By J. Taylor Rushing - 06/23/09 07:52 PM EDT
Ensign offered a “very contrite, very sincere” apology for the extramarital affair that he acknowledged last week at a Las Vegas news conference, according to multiple GOP senators.
The apology was followed by a round of applause by all Republicans, similar to that which was delivered to Sen. David VitterDavid VitterFive reasons the Trump campaign is in deep trouble Obama: Louisiana flooding 'not a photo op issue’ Louisiana senator calls on FEMA to open recovery centers MORE (La.) and former Sens. Larry Craig (Idaho) and Ted Stevens (Alaska) after their recent controversies.
A spokesman for the Senate Ethics Committee would not comment Tuesday when asked whether the committee is considering any inquiries into the matter.
A show of support also came from Majority Leader Harry ReidHarry ReidTop Dems push FBI to investigate Trump campaign role in DNC hack No, Tim Kaine is not the most liberal member of Congress Reid requests FBI probe into Russia 'tampering' in US election MORE (D-Nev.), who had a narrow, contentious race against Ensign in his first Senate election in 1998. Reid told reporters he was standing by Ensign, noting that he knew Ensign’s father, Michael, for many years.
“Everyone knows that Sen. Ensign and I had a very difficult race in 1998. We have become friends since then,” Reid said. “I’m concerned about his family, and I hope he works his way through this … As far as me commenting on any — any more, I think I’ve said all I plan to say on Sen. Ensign today.”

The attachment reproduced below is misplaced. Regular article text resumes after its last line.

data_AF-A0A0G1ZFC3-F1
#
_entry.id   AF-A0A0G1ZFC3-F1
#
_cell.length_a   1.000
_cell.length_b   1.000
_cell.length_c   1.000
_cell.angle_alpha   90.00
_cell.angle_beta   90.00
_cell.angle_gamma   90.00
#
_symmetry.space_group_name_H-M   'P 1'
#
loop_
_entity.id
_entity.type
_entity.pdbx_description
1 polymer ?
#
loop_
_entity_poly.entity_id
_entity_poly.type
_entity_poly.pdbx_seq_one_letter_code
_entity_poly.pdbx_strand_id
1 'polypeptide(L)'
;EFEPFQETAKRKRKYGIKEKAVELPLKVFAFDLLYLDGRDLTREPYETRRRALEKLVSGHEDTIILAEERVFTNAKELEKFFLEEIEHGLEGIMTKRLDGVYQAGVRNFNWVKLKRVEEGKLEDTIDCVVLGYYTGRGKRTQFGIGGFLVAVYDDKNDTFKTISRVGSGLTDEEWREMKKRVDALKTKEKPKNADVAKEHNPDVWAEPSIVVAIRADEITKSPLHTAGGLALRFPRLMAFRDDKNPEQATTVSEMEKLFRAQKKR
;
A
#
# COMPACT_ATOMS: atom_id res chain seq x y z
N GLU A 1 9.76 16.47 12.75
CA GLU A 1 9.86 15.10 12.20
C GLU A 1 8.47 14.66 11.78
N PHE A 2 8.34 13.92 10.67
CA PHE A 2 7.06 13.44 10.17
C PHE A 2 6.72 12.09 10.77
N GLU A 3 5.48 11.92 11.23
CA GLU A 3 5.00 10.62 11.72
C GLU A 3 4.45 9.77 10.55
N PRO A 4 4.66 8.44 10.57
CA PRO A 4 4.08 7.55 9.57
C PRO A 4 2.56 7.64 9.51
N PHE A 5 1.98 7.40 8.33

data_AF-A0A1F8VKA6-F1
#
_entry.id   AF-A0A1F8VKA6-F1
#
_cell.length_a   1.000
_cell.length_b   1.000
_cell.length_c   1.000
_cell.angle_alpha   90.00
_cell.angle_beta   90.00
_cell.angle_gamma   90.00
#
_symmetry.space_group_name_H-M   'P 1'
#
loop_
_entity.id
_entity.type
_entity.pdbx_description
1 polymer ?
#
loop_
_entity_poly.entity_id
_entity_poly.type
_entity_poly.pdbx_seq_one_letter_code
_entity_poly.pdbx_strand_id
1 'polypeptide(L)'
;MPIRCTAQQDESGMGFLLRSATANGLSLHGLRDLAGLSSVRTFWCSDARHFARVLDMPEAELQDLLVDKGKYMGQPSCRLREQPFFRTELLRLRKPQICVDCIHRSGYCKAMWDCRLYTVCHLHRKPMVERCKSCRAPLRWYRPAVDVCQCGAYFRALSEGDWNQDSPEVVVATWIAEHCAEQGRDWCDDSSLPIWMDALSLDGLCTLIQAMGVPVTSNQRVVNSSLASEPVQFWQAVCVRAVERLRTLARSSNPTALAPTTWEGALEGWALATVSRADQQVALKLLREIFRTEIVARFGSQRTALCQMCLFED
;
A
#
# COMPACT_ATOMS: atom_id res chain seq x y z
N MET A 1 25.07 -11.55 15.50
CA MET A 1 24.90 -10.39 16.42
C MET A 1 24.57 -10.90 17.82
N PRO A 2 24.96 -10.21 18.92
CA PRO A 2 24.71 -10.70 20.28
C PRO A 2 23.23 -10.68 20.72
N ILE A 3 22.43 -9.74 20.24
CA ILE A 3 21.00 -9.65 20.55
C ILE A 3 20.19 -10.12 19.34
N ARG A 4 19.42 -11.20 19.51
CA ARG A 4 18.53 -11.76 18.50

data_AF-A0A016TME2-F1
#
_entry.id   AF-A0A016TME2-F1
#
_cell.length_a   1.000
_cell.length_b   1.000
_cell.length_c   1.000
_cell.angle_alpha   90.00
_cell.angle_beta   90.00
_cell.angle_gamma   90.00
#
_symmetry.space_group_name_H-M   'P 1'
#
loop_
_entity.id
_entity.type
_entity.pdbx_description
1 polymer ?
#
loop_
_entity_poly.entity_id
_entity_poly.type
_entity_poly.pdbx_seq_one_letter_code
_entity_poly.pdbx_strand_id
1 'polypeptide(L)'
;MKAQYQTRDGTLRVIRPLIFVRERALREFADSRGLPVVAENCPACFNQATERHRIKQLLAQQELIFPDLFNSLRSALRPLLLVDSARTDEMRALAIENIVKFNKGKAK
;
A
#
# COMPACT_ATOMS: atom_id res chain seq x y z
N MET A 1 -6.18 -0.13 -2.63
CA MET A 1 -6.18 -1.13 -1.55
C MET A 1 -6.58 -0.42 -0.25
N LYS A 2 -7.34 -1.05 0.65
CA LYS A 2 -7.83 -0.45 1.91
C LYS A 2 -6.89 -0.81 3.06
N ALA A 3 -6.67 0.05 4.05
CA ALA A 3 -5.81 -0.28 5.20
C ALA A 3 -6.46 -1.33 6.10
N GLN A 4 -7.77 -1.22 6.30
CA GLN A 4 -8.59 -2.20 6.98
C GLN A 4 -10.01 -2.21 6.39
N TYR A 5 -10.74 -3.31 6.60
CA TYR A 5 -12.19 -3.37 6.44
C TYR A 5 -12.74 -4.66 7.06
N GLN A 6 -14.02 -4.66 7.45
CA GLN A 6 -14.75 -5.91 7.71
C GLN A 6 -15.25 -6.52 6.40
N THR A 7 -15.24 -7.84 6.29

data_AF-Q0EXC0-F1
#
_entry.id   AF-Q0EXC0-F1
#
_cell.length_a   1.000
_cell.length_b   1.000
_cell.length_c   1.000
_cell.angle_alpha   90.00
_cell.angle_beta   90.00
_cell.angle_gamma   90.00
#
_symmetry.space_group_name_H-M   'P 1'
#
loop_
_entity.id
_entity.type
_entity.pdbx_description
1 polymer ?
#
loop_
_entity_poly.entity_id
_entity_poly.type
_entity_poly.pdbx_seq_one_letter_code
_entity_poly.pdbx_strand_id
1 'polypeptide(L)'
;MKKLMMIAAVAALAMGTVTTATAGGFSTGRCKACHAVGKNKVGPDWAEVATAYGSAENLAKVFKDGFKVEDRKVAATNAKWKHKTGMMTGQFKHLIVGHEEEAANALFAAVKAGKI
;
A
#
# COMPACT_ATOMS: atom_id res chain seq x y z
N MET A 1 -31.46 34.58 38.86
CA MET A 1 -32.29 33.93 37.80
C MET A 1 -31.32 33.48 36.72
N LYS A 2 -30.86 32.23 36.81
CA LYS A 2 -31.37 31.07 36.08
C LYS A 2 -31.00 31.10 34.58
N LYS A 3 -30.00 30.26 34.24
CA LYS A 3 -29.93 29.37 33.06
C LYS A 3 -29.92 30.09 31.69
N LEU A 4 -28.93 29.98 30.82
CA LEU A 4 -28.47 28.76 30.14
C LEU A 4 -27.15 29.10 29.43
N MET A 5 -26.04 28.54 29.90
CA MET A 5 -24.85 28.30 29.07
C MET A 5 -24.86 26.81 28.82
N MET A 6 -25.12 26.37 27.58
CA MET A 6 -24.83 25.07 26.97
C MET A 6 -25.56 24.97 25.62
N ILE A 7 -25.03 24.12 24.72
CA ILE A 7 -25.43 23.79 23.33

There were no Senate votes Tuesday. Ensign spent the morning alone in his Senate hideaway, making no public appearances, and he left the GOP lunch through a semi-private door to avoid reporters gathered around a more public entrance. He has avoided taking questions from the press since his return on Monday to the Senate, simply referring reporters to his week-old statement acknowledging the affair and declining to comment further.
Meanwhile, several Republicans said Thursday’s leadership elections within the conference are all but settled. Ensign resigned last week as GOP Policy chairman, and will be replaced by Sen. John ThuneJohn ThuneApple, Google enlisted for FCC robocall effort Fidelity denies lobbying for student loan tax break Republicans see fresh chance to overhaul telecom law MORE (R-S.D.). Thune will be replaced as vice chairman of the Senate Republican Conference by Sen. Lisa MurkowskiLisa MurkowskiMcAuliffe: I wouldn't want a 'caretaker' in Kaine's Senate seat Big Oil makes a push for risky and reckless Arctic drilling GOP divided over 0M for climate fund MORE (Alaska).
Senate GOP Leader Mitch McConnellMitch McConnellCDC director on Zika: 'Basically, we're out of money' Juan Williams: Trump's race politics will destroy GOP Rank-and-file Republicans fear lame-duck vote on pricey funding bill MORE (Ky.) spoke only briefly about Ensign on Tuesday, simply saying he “spoke at our conference, apologized and indicated that he was going to do his job.”
Doug Hampton, the husband of the woman Ensign had the affair with, said in a letter sent to media that he and others have confronted the senator at his Washington, D.C., home, which he shares with Sens. Tom CoburnTom CoburnRyan calls out GOP in anti-poverty fight The Trail 2016: Words matter Ex-Sen. Coburn: I won’t challenge Trump, I’ll vote for him MORE (R-Okla.) and Jim DeMint (R-S.C.).
Hampton said in the letter that Coburn was present during one confrontation.
When approached by The Hill, Coburn would not comment on whether he had prior knowledge of Ensign’s affair. Coburn said “80 percent” of the reporting on Ensign’s affair and admission have been inaccurate, but would not elaborate.